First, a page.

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Thursday, June 28, 2012

The Malay middle ground: Pakatan has most to gain

By Liew Chin Tong | The Malaysian Insider

Prime Minister Datuk Seri Najib Razak is writing Barisan Nasional’s political obituary by focusing on micro electoral targets while refusing to confront macro policy matters.

The window to call election before the month of Ramadan has come and gone. The next possible window, which starts from September, is small and very much constrained by the Hari Raya Haji celebration on October 26, Deepavali festival on November 14, and the subsequent annual year-end floods.

Having sounded the war drums for at least two years since 2010 and making it very loud since late last year, Najib was visibly scared to pull the trigger at last, to the chagrin of many Umno leaders who want to get over it and done with.

As Najib calibrates his perfect moments, which I believe have long gone and will never return again, the nation was left in a lurch with numerous policy paralyses, flip-flops, and stalemates.

Lately, we were told that a consolidated intelligence report shown that Barisan Nasional has 80 seats in the bag and was close to winning another 50 seats, giving it 130 seats or a majority of 18 seats.

The police’s Special Branch, we were told, puts the figure at 118, which is a bare six-seat majority. To form the federal government, 112 out of the lower house’s 222 seats are required.

The numbers have clearly spooked the ruling party, especially Najib’s inner circle. For the rest of Umno, as long as Barisan Nasional remains in power, their high society lives go on.

But for Najib, a victory is not enough. He has set for himself a high bar — to win with a two-thirds majority or at least to win back the state of Selangor for Barisan Nasional; preferably both.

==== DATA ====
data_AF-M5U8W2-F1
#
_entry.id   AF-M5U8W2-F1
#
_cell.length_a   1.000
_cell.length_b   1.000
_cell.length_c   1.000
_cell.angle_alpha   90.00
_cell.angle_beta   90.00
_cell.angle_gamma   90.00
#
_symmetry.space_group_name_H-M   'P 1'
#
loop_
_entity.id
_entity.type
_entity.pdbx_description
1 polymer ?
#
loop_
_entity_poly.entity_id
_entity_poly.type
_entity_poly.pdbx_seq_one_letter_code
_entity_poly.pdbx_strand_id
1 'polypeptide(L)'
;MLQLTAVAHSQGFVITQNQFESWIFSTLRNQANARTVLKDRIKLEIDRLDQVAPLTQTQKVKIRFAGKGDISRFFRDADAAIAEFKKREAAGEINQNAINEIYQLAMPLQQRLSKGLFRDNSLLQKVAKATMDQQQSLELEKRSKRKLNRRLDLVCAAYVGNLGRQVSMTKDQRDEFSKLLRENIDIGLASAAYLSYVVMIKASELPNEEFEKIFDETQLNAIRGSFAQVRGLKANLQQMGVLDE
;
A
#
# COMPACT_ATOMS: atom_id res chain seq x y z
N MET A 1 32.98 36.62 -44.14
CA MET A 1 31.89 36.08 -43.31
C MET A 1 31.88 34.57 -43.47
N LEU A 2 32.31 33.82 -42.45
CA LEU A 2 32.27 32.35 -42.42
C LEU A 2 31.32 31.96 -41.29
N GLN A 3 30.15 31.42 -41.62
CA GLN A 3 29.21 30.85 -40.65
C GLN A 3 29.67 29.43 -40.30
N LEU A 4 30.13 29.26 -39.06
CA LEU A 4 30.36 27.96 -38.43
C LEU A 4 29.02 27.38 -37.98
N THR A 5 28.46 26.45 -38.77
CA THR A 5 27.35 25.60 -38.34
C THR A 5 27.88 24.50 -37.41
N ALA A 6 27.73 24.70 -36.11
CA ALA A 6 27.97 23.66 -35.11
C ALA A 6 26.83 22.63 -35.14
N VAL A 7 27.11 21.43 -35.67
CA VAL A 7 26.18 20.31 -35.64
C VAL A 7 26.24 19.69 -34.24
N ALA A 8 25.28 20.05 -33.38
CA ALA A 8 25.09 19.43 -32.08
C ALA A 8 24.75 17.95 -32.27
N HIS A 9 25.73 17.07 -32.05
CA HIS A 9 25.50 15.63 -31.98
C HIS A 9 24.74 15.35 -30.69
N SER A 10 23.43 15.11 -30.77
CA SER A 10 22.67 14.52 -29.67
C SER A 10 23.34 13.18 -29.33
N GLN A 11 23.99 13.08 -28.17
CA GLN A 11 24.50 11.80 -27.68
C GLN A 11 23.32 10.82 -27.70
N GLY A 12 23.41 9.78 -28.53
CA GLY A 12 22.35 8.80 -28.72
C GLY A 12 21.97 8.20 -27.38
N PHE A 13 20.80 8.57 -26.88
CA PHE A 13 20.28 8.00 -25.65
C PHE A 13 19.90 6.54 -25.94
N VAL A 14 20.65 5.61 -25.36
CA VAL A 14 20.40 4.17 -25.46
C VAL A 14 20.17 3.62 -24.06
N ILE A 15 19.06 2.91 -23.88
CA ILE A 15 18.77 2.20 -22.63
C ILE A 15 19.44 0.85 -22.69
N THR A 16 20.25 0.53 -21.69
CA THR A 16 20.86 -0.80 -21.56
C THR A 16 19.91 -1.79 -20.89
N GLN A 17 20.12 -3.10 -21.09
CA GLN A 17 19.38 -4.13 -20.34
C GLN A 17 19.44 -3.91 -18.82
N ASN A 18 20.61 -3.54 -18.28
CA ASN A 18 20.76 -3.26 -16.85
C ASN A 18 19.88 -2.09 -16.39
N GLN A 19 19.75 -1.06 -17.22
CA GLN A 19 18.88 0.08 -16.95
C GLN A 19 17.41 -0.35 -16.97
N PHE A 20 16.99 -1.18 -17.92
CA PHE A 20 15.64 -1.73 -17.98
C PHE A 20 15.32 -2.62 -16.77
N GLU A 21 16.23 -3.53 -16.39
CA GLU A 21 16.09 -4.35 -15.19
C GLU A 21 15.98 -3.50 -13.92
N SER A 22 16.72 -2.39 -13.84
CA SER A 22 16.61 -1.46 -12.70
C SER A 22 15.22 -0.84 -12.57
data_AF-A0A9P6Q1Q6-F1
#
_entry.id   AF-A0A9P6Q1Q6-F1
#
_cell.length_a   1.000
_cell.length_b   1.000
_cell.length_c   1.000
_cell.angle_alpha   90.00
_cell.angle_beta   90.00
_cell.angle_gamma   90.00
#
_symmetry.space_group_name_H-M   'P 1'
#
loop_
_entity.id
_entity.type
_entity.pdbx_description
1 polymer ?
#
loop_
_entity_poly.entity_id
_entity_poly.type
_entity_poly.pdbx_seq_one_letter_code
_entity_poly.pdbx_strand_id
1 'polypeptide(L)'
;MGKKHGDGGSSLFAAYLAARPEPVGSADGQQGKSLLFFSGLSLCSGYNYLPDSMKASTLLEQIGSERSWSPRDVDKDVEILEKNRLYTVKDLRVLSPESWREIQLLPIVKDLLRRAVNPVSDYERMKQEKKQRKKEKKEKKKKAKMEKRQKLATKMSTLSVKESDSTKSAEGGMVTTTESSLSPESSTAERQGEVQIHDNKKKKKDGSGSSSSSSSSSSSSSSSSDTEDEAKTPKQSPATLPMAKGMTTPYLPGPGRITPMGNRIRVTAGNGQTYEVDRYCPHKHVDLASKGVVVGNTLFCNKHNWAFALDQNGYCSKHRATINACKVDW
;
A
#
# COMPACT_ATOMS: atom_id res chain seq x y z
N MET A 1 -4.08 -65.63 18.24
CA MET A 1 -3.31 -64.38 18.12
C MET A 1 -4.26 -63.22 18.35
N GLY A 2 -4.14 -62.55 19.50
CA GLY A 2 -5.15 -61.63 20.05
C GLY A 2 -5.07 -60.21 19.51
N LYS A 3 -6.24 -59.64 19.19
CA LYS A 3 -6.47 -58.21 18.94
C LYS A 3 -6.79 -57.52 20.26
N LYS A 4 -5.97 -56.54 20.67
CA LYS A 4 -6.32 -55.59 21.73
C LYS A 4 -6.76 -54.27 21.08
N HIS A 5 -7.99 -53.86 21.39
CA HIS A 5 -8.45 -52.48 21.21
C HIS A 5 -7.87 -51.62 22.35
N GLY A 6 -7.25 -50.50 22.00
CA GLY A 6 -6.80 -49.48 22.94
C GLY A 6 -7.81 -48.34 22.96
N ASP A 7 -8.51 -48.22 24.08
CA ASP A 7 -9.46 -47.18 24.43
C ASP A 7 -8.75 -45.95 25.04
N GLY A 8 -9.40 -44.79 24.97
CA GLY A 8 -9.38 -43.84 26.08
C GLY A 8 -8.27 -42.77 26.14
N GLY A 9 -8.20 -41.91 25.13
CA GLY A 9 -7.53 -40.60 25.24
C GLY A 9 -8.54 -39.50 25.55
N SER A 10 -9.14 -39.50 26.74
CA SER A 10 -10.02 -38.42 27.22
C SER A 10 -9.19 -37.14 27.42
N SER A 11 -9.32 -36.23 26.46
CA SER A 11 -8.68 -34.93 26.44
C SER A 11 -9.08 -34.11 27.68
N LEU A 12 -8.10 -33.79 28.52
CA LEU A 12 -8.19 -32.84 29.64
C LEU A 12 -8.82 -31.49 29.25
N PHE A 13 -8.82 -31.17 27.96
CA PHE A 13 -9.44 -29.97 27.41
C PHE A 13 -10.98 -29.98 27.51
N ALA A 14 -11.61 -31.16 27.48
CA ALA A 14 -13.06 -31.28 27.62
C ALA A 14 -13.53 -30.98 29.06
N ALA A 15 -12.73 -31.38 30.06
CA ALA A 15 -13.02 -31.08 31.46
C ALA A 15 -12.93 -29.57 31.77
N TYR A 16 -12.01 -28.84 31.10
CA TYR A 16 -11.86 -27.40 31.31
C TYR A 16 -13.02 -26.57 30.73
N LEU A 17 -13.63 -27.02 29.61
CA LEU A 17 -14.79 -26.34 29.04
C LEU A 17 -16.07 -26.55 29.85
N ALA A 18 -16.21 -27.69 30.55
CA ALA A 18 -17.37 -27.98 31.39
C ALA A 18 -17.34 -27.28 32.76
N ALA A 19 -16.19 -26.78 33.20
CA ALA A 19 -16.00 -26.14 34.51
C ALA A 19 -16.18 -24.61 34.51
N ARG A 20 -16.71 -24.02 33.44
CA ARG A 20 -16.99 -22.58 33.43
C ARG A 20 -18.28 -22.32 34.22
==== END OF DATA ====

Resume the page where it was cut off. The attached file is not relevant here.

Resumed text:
He doesn’t want to be remembered as the worst-performing PM — a record held by his predecessor Tun Abdullah Badawi, who lost Barisan Nasional’s two-thirds majority in Parliament and five states to Pakatan Rakyat.

It is, hence, amusing to see Najib talking about “14–0″ — that Barisan Nasional would win all 13 states plus the majority of Federal Territory of Kuala Lumpur.

Najib is obsessed with micro electoral targets to the extent of trying to keep “winnable” retirees such as Abdullah Badawi and former MCA Presidents Ong Ka Ting from retirement.

He visits each and every one of the swing seats in an attempt to rub some of his perceived popularity onto BN candidates there.

And all government resources are channelled to buy favours from voters of various “swing” segments of the population. But he is just seeing the trees and missing the beautiful Malaysian rainforest altogether.

Malaysia is a multiethnic nation. Any coalition that fails to take the centrist posture to convince sufficient number of non-Malay and non-Muslim voters would face defeat.

Allowing Tun Dr Mahathir Mohamad, Utusan Malaysia, Perkasa as well as other instantly-formed racist groups a free hand to set the agenda and hold the government hostage will only alienate more voters, including moderate Malays.

Failure to deal with the aspirations of Malaysians to see a more open, fairer and democratic society will dissipate middle class urban supports. The tear gas and water cannon at Bersih 2.0 and 3.0 are turning passive concerned citizens into frontline activists against Barisan Nasional.

Finally, it is clear that in most of the opinion polls over the past three years, 60 per cent of the Malays are aware of how corrupt Umno is, but only around 45 per cent are ready to vote for Pakatan Rakyat.

If only the mass media stops behaving like the Soviet-style propaganda machine.

There exists at least a 15 per cent middle ground among the Malays that will either be pushed to Pakatan Rakyat if Umno is seen as totally hopeless in reforming itself or be pulled by Pakatan Rakyat if it comes up with credible alternatives.

Those are fundamental issues determining the next election but Najib’s obsession for his personal legacy somehow misses them completely. — The Rocket

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